Tunisian women have been actively occupying state positions, but this doesn’t reflect their participation in political life in the country as they hardly partake in leadership positions whether in the government or in political parties or even at the parliament despite the fact that they have been very important in influencing elections’ results.
Two women among 26 candidates for president of Tunisia have bee eligible for running for this most prestigious position: Salma Al-Wafi and Abeer Mousa. They are competing against 24 men amid questions whether Tunisia is ready to be run by a woman president or not.
Meanwhile, the lack of political will has been hindering Tunisian women from making it to decision-making positions, especially as they are unable to head the electoral horizontal lists, thus allowing women to take part with a little percentage of 14% against 86% for men in the last elections.
Islamist political parties, represented by Ennahdha Party, has used “the women card” by pushing forward women who don’t wear hijabs and backward those who do. By this, Ennahdha Party tried to present itself as a civilian political party that believes in women’s rights. To that end, it made Souad Abdelrahim who doesn’t wear hijab a candidate for Tunis Mayor.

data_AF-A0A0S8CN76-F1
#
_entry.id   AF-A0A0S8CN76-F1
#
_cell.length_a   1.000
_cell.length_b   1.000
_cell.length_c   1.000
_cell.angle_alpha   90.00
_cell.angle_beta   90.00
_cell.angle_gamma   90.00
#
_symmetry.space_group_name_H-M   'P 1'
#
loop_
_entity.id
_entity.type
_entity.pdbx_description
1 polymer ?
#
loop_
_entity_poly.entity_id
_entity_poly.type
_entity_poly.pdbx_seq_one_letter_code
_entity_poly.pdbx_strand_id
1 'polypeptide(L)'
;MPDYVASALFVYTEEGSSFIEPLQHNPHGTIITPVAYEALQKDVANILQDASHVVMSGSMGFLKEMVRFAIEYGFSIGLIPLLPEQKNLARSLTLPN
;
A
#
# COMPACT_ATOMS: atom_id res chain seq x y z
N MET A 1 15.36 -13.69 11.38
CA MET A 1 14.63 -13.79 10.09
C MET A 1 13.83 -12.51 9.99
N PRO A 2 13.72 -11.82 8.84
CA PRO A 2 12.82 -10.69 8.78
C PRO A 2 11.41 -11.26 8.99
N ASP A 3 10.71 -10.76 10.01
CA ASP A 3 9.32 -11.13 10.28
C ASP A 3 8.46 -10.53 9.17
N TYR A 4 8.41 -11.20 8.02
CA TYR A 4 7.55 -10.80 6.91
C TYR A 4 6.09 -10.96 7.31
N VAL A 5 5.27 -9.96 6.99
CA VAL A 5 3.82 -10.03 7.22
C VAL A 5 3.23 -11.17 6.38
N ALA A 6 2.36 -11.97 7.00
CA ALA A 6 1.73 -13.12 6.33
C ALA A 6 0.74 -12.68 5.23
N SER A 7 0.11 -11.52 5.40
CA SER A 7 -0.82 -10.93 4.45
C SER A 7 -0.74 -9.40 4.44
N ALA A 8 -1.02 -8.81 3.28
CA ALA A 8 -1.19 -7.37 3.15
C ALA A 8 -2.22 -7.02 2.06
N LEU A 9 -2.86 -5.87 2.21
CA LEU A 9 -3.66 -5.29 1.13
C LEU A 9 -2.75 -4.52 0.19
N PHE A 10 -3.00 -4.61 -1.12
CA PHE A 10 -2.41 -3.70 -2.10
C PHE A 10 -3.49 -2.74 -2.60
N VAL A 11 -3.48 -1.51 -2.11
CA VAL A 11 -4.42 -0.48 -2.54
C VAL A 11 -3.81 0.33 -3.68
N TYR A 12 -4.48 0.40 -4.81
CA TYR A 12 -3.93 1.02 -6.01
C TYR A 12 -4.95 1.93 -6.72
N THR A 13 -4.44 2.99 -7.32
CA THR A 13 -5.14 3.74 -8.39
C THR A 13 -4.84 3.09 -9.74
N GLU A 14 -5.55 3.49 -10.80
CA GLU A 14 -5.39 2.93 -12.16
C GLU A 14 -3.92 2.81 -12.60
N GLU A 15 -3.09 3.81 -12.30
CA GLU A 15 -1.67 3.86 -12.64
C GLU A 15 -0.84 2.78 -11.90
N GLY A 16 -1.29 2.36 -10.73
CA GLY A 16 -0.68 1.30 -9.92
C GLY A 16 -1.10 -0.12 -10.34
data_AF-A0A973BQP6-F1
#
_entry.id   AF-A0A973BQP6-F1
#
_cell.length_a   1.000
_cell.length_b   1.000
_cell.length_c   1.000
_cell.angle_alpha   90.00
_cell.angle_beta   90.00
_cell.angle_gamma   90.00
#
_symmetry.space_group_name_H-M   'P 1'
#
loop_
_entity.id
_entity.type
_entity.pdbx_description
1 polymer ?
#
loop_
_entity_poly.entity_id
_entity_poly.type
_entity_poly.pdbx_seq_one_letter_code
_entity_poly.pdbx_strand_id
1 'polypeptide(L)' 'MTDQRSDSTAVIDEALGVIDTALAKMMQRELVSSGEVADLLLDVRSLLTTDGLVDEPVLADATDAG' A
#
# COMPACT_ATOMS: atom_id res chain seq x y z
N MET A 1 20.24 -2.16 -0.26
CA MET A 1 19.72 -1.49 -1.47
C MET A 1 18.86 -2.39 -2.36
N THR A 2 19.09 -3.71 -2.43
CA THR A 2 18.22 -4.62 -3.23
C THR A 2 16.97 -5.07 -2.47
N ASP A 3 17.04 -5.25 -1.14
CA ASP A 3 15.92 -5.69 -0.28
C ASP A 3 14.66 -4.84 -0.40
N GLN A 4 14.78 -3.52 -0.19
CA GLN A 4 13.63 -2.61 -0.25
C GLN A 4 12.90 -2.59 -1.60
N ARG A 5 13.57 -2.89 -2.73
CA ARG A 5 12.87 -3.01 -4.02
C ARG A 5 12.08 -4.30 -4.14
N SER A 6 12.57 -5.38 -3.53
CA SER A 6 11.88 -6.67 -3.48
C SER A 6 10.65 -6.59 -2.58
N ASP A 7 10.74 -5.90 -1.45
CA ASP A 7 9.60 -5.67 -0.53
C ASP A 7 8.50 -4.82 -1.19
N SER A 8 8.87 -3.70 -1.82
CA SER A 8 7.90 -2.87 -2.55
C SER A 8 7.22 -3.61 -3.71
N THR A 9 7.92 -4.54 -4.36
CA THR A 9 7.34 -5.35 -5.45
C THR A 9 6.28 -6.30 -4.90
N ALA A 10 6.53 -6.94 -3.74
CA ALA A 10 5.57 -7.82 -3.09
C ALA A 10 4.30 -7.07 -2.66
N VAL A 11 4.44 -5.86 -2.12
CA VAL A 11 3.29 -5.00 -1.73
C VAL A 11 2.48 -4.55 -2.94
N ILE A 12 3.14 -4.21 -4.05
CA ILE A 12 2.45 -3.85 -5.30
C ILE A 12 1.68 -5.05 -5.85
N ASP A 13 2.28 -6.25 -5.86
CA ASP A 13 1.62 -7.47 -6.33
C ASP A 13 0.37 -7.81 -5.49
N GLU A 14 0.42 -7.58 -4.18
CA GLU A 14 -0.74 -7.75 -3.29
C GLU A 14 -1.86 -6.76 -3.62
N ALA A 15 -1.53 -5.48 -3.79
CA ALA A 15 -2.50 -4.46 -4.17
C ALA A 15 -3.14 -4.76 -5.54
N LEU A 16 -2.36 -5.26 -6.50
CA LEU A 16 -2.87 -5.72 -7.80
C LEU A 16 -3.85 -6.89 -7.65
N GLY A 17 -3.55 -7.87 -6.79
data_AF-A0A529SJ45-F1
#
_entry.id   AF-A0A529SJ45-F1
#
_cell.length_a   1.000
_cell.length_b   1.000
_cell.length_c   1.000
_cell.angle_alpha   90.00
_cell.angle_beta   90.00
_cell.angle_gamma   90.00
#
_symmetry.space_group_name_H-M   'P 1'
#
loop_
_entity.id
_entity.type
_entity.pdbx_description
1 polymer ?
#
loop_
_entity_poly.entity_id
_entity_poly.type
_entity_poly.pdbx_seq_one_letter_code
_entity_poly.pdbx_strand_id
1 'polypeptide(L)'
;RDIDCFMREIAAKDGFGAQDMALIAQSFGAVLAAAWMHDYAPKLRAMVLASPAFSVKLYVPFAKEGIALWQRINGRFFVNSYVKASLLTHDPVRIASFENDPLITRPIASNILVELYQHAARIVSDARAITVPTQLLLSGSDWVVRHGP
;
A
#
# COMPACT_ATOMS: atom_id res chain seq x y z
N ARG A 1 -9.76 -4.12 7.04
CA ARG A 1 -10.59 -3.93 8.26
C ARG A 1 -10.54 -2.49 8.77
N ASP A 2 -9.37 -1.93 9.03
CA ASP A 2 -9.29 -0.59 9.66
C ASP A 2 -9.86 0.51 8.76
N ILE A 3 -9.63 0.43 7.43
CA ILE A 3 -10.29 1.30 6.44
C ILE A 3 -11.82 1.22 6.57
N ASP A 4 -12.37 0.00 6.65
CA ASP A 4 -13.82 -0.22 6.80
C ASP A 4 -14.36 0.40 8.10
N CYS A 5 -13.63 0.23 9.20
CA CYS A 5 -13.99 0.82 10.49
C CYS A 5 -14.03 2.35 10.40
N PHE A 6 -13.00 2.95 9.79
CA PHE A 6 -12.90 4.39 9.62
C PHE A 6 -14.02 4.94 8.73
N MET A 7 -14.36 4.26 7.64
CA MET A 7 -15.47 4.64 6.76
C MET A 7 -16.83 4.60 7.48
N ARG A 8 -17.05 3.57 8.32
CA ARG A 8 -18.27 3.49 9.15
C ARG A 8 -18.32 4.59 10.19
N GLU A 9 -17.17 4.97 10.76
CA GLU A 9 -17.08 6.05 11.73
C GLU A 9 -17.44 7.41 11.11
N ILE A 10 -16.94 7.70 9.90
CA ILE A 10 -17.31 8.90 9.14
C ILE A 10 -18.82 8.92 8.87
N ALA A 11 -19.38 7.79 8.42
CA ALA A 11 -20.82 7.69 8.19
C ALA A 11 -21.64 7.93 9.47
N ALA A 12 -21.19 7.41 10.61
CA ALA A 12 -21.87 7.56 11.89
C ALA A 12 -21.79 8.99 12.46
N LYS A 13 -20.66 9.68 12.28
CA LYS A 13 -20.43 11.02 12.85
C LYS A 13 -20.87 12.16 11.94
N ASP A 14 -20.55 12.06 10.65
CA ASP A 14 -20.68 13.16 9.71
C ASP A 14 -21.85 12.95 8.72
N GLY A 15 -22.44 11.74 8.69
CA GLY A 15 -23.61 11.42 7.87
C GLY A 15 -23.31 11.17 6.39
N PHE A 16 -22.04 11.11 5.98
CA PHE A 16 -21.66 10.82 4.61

The Head of Ennahdha Party Rached Ghannouchi tried to make a young woman who doesn’t wear hijab run in the legislative elections, but she withdrew citing open-mindedness on the outside and on the inside of the Islmist political party.
Every time elections are due, parties and candidates arm themselves with delicate slogans calling for women’s rights but never get those slogans materialized on the ground so that women return to their back seats and disappear from decision-making circles.